• Suverans2's picture
    Suverans2 2 years 35 weeks ago Web link Westernerd
    "We are now all so used to the state robbing others on our behalf, and protecting our selfish interests with fiat regulation, that we have become incapable of doing the right thing." ~ Andy Duncan Well said, Andy, well said.
  • Glen Allport's picture
    Glen Allport 2 years 35 weeks ago Page jd-in-georgia
    Nice column, jd-in-georgia, and very positive. Anyone in the freedom movement knows how rare it is to see a person open their mind to voluntaryism, and I appreciate your sharing a bit of your own path with us. You mention your faith, and I'll mention that while I am not a believer (of the supernatural elements), I very much do believe that Jesus' core, secular teachings are an amazing gift to mankind and -- because they describe the most important elements of human nature and the human condition -- are in harmony with many other religions and philosophies that have some version of the Golden Rule at their center. These teachings are completely in harmony with voluntaryism, with non-Statism, with genuine freedom: a person who loves others does NOT aggress against others. Few people seem to make that connection, at least where the State is concerned. Christians could be and should be (some are, but not nearly enough) a major force for non-coercive, non-State, civil society. I hope your journey to voluntaryism is representative of a similar enlightenment for increasing numbers of the faithful. One of my related columns might be of interest to you; it's "The Earthly Lesson of Jesus' Crucifixion, and Why His Secular Teachings Live On" [url removed because my comment was rejected by the STR's "spam filter", and I'm hoping this will fix the problem]
  • Glen Allport's picture
    Glen Allport 2 years 35 weeks ago
    Inferno, Part I of II
    Page tzo
    Terrific column, as always Tzo. Clear enough that I can imagine it actually getting through to some people, and certainly it will help strengthen the understanding of those who are already in, or near, the non-Statist camp. Interesting tidbit: my first column for STR was "Government is Not Compassion" (part 1) http://strike-the-root.com/columns/allport/allport1.html -- and IT, too, opened with the same quote from Nietzsche, but from a translation by Walter Kauffmann: "Indeed, a hellish artifice was invented there, a horse of death, clattering in the finery of divine honors. Indeed, a dying for many was invented there, which praises itself as life: verily, a great service to all preachers of death!" ~ Friedrich Nietzsche, on the state1 A Kindle edition of Kauffmann's "The Portable Nietzsche", which includes Zarathustra and quite a lot of other material, is available ( http://www.amazon.com/Portable-Nietzsche-Library-ebook/dp/B001R9DI3Y/ref... ), along with a few other of his translations of FN's work, plus Kauffmann's study of FN "Nietzsche: Philosopher, Psychologist, Antichrist". I find Kauffmann consistently excellent and very readable, very artful, in his translations, but everyone has their own favorites.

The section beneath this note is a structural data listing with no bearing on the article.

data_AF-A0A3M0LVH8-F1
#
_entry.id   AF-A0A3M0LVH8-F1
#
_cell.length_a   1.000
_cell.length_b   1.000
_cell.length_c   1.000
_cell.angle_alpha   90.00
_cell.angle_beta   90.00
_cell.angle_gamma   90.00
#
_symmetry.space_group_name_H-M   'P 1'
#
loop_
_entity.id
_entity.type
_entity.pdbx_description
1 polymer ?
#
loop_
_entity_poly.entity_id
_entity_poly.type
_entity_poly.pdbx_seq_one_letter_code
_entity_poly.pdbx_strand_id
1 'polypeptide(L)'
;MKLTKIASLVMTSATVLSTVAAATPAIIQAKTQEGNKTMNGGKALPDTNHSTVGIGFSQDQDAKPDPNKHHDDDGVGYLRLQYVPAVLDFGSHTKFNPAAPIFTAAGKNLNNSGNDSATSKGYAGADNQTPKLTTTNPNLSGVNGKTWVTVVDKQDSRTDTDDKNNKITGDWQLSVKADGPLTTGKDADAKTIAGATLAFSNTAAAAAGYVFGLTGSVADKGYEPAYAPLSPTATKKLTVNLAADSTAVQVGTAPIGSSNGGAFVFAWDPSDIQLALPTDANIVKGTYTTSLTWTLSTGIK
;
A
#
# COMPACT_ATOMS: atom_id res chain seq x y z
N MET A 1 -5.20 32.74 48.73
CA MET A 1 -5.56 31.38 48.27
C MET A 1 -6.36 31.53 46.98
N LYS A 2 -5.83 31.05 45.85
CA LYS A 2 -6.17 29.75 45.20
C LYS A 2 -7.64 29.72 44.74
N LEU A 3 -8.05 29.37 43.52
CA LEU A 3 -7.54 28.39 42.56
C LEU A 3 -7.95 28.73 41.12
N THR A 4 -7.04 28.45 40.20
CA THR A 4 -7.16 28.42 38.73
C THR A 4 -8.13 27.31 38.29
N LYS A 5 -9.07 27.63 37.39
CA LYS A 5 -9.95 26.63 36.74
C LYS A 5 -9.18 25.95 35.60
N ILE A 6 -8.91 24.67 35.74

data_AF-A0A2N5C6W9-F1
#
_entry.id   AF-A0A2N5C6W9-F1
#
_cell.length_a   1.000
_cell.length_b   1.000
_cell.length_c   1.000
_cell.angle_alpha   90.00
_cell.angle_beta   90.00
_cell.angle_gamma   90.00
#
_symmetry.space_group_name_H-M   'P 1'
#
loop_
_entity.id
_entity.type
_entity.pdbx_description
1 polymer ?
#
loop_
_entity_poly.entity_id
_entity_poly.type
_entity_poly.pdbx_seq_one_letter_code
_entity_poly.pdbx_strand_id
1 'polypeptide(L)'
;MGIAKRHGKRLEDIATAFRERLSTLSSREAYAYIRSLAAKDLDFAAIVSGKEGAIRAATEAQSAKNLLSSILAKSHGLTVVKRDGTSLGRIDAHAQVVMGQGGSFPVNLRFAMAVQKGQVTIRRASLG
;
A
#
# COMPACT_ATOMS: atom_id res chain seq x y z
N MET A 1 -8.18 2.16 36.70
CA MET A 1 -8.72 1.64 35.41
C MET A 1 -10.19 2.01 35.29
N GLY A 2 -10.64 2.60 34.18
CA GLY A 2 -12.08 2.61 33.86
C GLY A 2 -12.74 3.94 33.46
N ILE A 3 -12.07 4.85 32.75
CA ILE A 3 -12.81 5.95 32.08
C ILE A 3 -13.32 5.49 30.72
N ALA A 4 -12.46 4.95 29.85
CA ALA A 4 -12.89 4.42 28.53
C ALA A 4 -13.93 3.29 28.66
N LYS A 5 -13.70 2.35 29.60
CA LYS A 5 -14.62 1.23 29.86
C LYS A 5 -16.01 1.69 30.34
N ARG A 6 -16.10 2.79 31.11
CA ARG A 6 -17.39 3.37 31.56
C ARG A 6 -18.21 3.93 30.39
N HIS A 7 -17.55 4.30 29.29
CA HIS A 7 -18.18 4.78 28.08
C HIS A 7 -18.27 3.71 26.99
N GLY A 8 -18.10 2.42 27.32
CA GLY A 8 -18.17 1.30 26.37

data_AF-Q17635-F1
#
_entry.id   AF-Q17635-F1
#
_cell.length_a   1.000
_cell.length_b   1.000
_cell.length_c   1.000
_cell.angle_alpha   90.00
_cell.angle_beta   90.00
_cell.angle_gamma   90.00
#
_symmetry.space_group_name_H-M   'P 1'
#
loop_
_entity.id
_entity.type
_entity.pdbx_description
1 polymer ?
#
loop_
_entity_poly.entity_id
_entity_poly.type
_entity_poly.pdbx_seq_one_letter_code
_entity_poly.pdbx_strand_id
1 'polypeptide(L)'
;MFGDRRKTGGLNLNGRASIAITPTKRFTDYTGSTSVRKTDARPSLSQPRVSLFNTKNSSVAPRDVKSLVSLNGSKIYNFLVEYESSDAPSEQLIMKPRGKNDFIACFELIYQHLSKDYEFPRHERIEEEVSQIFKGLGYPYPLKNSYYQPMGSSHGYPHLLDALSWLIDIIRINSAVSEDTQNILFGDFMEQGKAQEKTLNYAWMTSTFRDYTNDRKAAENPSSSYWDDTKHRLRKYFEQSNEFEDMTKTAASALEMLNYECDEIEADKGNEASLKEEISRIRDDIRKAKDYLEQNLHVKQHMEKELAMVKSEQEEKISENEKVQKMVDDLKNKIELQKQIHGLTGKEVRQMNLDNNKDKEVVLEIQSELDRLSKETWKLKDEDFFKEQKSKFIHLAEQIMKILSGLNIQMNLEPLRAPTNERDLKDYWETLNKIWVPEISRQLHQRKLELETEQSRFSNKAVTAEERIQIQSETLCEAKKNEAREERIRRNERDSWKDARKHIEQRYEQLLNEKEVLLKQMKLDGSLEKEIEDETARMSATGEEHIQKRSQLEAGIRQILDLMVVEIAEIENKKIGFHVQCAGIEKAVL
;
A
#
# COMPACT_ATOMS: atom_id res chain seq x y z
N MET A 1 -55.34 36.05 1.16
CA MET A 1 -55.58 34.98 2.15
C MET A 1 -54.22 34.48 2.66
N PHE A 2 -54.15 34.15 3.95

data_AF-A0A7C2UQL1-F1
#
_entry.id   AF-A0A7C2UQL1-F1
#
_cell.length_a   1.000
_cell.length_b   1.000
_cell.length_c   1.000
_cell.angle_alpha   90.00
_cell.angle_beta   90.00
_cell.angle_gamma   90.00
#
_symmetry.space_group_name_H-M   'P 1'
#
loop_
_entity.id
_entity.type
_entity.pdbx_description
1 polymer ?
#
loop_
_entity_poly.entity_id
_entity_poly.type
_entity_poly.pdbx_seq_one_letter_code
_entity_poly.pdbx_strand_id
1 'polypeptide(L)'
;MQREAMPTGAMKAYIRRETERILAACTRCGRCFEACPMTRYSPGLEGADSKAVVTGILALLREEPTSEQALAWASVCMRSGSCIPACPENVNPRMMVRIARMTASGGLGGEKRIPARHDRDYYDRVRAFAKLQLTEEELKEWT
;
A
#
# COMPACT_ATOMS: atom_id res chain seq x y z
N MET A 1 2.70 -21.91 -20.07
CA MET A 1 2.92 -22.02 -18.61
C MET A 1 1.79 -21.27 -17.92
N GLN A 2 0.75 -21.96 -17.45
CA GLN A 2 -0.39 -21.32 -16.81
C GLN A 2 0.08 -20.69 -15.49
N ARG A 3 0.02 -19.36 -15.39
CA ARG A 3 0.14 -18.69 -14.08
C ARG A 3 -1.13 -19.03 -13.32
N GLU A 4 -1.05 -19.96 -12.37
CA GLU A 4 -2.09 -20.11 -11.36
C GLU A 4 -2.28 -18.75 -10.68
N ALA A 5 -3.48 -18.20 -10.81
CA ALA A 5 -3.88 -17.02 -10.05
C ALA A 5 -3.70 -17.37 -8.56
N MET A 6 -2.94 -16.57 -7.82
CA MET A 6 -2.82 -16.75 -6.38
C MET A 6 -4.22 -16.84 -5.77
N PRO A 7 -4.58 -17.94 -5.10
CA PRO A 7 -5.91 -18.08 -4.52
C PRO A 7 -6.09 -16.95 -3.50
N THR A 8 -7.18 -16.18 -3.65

• Guest's picture
    Temujin (not verified) 2 years 35 weeks ago Page jd-in-georgia
    Great read \o
  • Suverans2's picture
    Suverans2 2 years 35 weeks ago Web link Michael Kleen
    And, "criminal activity" is whatever your chosen master says it is.
  • Suverans2's picture
    Suverans2 2 years 35 weeks ago Page jd-in-georgia
    Well said, jd-in-georgia, at least you know, (and have the courage to admit), that you were putting yourself on the pedestal of "intellectual". Some of us, even as adults, are not aware that that is what we are doing, and if we are cognizant of it, are not courageous enough to admit it openly. With respect, a tip of the hat to you, sir.
  • Suverans2's picture
    Suverans2 2 years 35 weeks ago
    Inferno, Part I of II
    Page tzo
    "It is very difficult to get a man to understand something when his salary depends on not understanding it." ~ Upton Sinclair
  • Paul's picture
    Paul 2 years 35 weeks ago Web link Mike Powers
    Yeah, that'll fix the problem. Let's not forget who militarized local police - that same federal govt.
  • Samarami's picture
    Samarami 2 years 35 weeks ago Web link Don Stacy
    The writer lacks writing skills, but I believe has a message to broadcast. He appears to recognize the fallacy in the reification of "the government" or "the state", but his writing needs a host of grammer and punctuation correction to become clear. I have for a long time preached against the "we" word -- and other uses such as "our" leaders or "our" forfathers. I have no "policymakers" (except those who meet from time to time between my ears :-|). This author appears to substantiate that approach. Governments, states, countries, nations do not exist. Only human beings (tyrants dressed in sheeps' clothing often as not) exist. All lines (boundaries, borders)are fictitious and their defence is an act of war. Sam
  • Samarami's picture
    Samarami 2 years 35 weeks ago Page Per Bylund